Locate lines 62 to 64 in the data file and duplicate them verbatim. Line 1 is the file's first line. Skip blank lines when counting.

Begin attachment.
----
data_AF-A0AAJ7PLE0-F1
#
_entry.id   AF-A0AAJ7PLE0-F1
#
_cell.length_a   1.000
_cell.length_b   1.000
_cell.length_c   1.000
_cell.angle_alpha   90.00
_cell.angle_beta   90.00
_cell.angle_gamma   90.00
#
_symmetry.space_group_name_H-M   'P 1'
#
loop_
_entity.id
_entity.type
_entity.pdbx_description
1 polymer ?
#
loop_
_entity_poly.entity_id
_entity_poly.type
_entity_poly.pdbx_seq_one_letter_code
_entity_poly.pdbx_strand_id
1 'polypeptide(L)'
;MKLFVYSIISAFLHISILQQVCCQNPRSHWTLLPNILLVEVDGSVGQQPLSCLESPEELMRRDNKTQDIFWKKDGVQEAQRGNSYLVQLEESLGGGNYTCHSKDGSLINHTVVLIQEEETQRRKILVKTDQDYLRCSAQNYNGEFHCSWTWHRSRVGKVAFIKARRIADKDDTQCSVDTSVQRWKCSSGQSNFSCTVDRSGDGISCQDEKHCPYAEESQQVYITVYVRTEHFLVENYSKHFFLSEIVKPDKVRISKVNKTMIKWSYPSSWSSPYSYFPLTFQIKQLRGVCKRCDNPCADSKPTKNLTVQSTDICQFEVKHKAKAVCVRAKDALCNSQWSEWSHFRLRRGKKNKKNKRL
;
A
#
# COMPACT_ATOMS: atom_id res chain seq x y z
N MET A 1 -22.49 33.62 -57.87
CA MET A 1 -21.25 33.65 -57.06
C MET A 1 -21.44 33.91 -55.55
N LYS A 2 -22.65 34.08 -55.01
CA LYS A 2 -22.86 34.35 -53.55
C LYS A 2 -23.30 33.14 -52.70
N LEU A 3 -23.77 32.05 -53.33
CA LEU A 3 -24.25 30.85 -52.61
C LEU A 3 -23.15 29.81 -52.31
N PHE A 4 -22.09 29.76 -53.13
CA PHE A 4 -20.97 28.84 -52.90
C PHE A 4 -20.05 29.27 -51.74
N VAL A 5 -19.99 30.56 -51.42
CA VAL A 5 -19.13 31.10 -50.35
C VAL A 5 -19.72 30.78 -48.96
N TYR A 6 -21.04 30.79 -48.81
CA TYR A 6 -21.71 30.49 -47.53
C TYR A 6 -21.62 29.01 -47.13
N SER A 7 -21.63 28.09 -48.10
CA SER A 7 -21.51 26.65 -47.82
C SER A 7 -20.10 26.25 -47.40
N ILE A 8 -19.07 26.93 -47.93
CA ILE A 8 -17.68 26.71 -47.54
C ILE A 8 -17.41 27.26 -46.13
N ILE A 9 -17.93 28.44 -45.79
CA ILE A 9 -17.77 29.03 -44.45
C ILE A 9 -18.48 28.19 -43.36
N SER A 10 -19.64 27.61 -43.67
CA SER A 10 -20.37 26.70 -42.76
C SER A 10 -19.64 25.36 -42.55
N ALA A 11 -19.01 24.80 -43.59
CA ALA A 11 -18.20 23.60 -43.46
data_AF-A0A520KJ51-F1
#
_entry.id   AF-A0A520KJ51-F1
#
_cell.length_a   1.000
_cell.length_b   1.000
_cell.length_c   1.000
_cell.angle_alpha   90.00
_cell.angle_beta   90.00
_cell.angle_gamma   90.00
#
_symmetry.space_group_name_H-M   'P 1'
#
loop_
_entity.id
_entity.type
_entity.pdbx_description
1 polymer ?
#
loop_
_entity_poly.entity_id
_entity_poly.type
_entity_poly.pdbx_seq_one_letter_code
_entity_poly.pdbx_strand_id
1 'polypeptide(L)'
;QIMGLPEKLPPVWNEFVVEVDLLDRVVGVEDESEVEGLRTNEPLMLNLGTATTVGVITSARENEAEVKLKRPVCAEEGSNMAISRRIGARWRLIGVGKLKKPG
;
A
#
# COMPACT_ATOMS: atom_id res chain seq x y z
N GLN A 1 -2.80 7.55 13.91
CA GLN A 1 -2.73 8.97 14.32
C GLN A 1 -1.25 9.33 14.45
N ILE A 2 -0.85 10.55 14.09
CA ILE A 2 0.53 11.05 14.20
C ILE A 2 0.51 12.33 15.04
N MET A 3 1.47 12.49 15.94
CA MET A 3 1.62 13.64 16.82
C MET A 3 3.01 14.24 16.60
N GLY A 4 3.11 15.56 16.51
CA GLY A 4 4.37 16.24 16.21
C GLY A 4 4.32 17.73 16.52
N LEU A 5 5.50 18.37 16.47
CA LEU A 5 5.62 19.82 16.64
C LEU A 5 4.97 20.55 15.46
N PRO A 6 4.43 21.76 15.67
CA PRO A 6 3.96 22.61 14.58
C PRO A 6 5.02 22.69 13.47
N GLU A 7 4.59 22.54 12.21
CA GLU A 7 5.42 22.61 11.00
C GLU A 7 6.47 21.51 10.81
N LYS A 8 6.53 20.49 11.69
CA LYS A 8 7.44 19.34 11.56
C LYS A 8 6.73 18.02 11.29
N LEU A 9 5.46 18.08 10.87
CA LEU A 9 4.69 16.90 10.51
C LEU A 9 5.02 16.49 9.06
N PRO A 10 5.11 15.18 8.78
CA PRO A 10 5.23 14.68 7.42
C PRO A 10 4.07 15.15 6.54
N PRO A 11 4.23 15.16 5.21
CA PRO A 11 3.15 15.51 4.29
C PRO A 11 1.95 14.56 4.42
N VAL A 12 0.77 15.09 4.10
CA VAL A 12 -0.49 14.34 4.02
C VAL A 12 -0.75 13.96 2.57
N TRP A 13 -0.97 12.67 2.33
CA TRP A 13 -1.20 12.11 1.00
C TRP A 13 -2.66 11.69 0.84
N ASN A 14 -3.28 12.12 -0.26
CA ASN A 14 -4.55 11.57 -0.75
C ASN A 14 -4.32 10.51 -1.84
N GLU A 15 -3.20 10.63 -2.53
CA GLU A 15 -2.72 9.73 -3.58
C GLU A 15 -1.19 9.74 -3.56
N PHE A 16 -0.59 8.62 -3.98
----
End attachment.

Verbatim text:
CA ALA A 11 -18.20 23.60 -43.46
data_AF-A0A520KJ51-F1
#